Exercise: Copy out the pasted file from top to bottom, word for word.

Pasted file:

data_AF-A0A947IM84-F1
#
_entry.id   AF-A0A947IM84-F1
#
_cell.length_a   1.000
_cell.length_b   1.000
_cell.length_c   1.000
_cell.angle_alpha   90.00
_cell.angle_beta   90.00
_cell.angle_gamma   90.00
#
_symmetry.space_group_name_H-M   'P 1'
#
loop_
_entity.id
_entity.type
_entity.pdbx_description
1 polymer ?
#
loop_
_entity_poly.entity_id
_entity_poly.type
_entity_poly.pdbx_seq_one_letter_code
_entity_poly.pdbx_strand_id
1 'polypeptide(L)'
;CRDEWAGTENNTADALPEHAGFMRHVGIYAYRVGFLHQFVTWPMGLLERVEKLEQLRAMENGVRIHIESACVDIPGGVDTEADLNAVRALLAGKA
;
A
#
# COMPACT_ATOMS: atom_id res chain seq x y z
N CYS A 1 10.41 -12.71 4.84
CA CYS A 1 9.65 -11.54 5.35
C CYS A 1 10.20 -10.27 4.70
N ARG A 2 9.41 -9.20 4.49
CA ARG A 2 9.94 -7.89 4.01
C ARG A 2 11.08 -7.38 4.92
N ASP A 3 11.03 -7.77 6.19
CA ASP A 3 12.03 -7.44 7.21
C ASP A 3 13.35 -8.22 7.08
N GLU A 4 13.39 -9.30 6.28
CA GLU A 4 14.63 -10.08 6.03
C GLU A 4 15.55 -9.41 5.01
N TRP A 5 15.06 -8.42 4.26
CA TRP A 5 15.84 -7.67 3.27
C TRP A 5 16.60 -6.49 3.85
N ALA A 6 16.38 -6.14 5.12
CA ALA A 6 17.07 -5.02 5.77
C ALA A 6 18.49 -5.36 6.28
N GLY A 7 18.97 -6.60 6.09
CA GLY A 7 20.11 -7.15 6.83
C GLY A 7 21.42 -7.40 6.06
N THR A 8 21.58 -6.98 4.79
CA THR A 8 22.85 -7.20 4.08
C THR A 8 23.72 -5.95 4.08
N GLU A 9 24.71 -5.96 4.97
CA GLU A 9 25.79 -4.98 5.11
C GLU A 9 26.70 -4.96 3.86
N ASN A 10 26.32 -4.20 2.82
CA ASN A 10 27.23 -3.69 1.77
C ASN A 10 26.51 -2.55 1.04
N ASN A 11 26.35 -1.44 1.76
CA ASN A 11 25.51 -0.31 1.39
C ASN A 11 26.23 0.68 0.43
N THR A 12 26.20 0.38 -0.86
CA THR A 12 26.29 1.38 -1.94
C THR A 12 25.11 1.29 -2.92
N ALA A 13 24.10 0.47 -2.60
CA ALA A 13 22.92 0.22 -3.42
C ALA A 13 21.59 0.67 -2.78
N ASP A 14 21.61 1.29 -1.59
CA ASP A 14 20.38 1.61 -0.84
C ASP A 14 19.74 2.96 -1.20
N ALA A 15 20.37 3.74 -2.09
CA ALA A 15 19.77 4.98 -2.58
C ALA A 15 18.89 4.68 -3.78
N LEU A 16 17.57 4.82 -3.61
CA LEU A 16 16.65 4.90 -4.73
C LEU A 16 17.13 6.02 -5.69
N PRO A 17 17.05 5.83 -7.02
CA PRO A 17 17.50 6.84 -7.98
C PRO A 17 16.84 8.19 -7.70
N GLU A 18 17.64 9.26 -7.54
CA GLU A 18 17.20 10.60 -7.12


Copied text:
data_AF-A0A947IM84-F1
#
_entry.id   AF-A0A947IM84-F1
#
_cell.length_a   1.000
_cell.length_b   1.000
_cell.length_c   1.000
_cell.angle_alpha   90.00
_cell.angle_beta   90.00
_cell.angle_gamma   90.00
#
_symmetry.space_group_name_H-M   'P 1'
#
loop_
_entity.id
_entity.type
_entity.pdbx_description
1 polymer ?
#
loop_
_entity_poly.entity_id
_entity_poly.type
_entity_poly.pdbx_seq_one_letter_code
_entity_poly.pdbx_strand_id
1 'polypeptide(L)'
;CRDEWAGTENNTADALPEHAGFMRHVGIYAYRVGFLHQFVTWPMGLLERVEKLEQLRAMENGVRIHIESACVDIPGGVDTEADLNAVRALLAGKA
;
A
#
# COMPACT_ATOMS: atom_id res chain seq x y z
N CYS A 1 10.41 -12.71 4.84
CA CYS A 1 9.65 -11.54 5.35
C CYS A 1 10.20 -10.27 4.70
N ARG A 2 9.41 -9.20 4.49
CA ARG A 2 9.94 -7.89 4.01
C ARG A 2 11.08 -7.38 4.92
N ASP A 3 11.03 -7.77 6.19
CA ASP A 3 12.03 -7.44 7.21
C ASP A 3 13.35 -8.22 7.08
N GLU A 4 13.39 -9.30 6.28
CA GLU A 4 14.63 -10.08 6.03
C GLU A 4 15.55 -9.41 5.01
N TRP A 5 15.06 -8.42 4.26
CA TRP A 5 15.84 -7.67 3.27
C TRP A 5 16.60 -6.49 3.85
N ALA A 6 16.38 -6.14 5.12
CA ALA A 6 17.07 -5.02 5.77
C ALA A 6 18.49 -5.36 6.28
N GLY A 7 18.97 -6.60 6.09
CA GLY A 7 20.11 -7.15 6.83
C GLY A 7 21.42 -7.40 6.06
N THR A 8 21.58 -6.98 4.79
CA THR A 8 22.85 -7.20 4.08
C THR A 8 23.72 -5.95 4.08
N GLU A 9 24.71 -5.96 4.97
CA GLU A 9 25.79 -4.98 5.11
C GLU A 9 26.70 -4.96 3.86
N ASN A 10 26.32 -4.20 2.82
CA ASN A 10 27.23 -3.69 1.77
C ASN A 10 26.51 -2.55 1.04
N ASN A 11 26.35 -1.44 1.76
CA ASN A 11 25.51 -0.31 1.39
C ASN A 11 26.23 0.68 0.43
N THR A 12 26.20 0.38 -0.86
CA THR A 12 26.29 1.38 -1.94
C THR A 12 25.11 1.29 -2.92
N ALA A 13 24.10 0.47 -2.60
CA ALA A 13 22.92 0.22 -3.42
C ALA A 13 21.59 0.67 -2.78
N ASP A 14 21.61 1.29 -1.59
CA ASP A 14 20.38 1.61 -0.84
C ASP A 14 19.74 2.96 -1.20
N ALA A 15 20.37 3.74 -2.09
CA ALA A 15 19.77 4.98 -2.58
C ALA A 15 18.89 4.68 -3.78
N LEU A 16 17.57 4.82 -3.61
CA LEU A 16 16.65 4.90 -4.73
C LEU A 16 17.13 6.02 -5.69
N PRO A 17 17.05 5.83 -7.02
CA PRO A 17 17.50 6.84 -7.98
C PRO A 17 16.84 8.19 -7.70
N GLU A 18 17.64 9.26 -7.54
CA GLU A 18 17.20 10.60 -7.12